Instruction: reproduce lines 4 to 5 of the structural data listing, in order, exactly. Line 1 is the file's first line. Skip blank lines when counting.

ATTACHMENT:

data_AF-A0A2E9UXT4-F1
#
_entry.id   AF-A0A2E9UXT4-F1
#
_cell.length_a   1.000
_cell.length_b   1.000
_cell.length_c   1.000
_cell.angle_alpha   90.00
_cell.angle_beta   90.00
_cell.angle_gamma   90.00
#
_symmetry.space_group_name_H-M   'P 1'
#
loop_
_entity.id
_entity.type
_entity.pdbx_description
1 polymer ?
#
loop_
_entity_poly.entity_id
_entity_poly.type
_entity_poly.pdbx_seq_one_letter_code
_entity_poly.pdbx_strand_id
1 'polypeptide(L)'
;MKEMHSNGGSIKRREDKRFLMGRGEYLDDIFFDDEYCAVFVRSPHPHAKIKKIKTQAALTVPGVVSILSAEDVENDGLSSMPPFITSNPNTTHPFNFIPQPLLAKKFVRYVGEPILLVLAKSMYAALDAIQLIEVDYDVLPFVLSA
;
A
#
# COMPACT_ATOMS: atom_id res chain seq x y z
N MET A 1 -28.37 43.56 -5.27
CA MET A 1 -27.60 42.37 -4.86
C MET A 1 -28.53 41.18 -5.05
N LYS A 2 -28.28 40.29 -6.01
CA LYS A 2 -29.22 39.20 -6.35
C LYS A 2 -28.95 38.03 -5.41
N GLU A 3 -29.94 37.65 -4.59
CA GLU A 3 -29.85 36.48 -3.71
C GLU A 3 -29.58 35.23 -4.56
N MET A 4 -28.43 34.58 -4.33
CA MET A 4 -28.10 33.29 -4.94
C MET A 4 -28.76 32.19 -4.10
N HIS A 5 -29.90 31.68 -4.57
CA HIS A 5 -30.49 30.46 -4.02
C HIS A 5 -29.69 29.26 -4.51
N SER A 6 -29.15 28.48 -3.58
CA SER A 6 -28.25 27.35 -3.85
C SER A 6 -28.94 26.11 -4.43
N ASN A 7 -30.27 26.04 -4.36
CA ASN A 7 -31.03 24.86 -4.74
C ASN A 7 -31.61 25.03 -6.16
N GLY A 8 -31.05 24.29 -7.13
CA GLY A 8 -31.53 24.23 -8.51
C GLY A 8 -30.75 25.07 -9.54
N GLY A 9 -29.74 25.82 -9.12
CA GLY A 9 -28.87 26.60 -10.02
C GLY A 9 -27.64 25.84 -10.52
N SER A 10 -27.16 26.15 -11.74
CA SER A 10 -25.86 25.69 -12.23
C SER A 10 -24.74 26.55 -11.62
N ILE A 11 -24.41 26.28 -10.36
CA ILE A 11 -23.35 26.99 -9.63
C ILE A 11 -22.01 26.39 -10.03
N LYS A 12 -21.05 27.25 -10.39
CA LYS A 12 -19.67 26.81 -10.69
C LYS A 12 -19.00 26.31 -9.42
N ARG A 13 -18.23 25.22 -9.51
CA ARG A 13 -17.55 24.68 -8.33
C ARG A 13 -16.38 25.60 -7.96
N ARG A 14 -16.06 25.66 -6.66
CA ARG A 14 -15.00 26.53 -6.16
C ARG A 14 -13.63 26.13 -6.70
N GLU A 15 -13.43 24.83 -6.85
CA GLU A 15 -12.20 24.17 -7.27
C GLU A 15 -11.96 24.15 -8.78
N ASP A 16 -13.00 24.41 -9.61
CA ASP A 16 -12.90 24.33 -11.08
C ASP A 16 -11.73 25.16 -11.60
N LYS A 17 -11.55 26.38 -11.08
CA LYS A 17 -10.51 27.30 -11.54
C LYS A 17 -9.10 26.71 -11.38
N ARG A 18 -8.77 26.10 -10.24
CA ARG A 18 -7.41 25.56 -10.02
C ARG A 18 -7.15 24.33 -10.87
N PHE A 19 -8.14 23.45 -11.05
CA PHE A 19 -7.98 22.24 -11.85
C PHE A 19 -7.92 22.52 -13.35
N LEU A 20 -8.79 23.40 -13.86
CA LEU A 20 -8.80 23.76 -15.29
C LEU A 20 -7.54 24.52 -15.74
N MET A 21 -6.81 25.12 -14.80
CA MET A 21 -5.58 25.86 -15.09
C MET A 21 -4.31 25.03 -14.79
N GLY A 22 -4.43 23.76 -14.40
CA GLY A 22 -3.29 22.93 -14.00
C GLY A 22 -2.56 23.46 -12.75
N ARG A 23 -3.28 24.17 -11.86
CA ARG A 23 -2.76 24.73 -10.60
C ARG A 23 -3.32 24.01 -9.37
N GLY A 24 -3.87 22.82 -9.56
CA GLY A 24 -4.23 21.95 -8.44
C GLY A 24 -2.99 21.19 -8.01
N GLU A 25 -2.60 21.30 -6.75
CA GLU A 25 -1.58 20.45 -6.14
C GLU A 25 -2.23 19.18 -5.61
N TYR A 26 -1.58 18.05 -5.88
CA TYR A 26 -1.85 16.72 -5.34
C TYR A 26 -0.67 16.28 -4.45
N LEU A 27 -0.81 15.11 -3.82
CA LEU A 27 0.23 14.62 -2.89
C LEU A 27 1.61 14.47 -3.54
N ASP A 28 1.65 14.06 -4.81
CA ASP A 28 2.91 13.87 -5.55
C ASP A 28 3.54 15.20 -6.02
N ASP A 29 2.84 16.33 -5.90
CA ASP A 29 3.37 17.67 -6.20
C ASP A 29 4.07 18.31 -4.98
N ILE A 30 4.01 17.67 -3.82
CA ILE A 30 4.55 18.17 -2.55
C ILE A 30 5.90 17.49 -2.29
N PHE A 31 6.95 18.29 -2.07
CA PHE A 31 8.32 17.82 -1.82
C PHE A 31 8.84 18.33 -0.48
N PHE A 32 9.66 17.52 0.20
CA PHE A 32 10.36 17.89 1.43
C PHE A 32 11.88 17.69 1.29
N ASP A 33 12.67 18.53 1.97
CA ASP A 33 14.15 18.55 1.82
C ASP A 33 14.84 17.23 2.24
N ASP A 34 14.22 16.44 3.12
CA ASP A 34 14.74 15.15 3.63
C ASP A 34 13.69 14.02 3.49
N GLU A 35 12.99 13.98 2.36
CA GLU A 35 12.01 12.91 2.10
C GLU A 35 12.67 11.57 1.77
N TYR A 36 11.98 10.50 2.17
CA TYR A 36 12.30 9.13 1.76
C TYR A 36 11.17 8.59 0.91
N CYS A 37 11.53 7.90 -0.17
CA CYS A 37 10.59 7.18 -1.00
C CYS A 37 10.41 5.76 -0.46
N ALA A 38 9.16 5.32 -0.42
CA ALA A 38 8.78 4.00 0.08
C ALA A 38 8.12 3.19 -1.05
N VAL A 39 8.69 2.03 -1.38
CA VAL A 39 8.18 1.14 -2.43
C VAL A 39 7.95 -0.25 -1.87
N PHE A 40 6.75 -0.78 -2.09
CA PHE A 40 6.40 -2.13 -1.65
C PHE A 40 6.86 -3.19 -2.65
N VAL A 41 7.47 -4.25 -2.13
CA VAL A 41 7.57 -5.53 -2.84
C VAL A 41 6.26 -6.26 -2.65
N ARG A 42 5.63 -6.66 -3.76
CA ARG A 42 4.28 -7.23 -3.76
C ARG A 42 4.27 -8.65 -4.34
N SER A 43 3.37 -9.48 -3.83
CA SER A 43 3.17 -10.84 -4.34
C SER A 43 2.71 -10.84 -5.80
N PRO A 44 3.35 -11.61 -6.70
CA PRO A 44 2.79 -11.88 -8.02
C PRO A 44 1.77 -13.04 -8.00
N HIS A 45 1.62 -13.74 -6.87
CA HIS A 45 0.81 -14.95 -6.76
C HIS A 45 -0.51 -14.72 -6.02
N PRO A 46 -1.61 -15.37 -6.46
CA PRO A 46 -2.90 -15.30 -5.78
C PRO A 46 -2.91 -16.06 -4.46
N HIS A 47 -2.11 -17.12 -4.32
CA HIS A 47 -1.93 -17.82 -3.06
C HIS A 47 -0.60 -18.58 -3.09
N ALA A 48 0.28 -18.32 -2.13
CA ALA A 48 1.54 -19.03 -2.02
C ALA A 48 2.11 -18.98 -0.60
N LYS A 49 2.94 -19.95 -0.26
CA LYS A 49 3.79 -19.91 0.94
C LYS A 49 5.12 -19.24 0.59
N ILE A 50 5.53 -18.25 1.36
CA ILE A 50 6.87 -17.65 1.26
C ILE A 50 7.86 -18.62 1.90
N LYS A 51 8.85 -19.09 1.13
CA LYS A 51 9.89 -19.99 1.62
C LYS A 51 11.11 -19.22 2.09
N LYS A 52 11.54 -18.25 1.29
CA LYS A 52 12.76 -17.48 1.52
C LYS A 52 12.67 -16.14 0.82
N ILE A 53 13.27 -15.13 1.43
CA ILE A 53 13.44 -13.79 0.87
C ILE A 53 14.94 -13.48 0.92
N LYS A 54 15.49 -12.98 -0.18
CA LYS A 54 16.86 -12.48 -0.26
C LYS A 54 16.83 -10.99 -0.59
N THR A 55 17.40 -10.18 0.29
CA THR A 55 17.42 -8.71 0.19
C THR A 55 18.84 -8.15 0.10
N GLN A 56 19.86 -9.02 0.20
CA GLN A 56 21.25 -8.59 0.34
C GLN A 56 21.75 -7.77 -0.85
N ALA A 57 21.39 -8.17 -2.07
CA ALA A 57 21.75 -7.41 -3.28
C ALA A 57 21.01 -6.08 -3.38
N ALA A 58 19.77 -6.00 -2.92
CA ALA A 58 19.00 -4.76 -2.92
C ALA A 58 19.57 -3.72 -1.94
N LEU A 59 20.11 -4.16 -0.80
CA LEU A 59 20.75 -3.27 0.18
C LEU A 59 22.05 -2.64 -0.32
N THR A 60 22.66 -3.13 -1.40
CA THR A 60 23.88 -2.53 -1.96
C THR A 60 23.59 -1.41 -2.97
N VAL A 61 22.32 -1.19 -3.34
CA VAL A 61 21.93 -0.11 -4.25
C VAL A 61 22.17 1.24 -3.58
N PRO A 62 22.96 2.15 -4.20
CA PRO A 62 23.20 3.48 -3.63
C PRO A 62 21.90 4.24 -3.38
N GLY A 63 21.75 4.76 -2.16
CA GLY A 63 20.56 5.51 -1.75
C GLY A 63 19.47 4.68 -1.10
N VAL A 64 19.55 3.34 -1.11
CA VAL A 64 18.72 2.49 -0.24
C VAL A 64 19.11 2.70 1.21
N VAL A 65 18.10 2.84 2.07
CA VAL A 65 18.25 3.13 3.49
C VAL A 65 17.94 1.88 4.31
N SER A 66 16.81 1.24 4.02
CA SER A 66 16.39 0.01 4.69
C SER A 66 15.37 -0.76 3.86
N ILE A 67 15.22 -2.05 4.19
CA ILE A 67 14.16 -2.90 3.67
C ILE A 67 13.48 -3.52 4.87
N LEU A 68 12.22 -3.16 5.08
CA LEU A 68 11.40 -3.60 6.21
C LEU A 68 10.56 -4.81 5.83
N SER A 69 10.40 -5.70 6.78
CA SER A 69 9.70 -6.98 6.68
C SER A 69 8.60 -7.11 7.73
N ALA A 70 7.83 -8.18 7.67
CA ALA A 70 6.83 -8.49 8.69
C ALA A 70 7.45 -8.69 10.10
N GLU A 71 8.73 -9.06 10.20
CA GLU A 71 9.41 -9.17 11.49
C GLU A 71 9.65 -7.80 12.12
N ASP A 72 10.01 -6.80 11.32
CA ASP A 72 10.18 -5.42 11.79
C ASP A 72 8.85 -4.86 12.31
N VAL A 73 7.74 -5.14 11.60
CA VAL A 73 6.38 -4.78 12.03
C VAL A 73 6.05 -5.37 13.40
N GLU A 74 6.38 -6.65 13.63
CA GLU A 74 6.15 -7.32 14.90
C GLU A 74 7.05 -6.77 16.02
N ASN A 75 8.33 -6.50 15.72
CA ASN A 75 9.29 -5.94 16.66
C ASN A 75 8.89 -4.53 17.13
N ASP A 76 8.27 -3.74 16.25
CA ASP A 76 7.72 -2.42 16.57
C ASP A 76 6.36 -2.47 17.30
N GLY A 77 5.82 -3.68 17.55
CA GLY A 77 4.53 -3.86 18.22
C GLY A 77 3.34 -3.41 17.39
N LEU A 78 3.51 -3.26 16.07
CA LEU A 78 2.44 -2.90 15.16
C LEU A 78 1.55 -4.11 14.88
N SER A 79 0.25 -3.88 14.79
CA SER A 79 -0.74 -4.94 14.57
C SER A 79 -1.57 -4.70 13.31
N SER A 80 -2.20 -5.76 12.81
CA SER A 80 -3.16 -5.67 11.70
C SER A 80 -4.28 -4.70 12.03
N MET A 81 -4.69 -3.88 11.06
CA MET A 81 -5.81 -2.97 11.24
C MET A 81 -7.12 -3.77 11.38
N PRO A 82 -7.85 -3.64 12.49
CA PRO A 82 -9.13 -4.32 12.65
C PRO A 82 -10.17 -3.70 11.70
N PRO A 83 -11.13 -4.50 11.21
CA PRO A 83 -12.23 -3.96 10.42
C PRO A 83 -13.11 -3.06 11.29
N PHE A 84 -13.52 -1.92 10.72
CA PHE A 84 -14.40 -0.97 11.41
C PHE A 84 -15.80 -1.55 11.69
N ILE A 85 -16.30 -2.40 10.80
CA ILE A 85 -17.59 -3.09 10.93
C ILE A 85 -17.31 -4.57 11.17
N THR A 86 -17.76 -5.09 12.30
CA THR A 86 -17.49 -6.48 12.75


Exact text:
#
_cell.length_a   1.000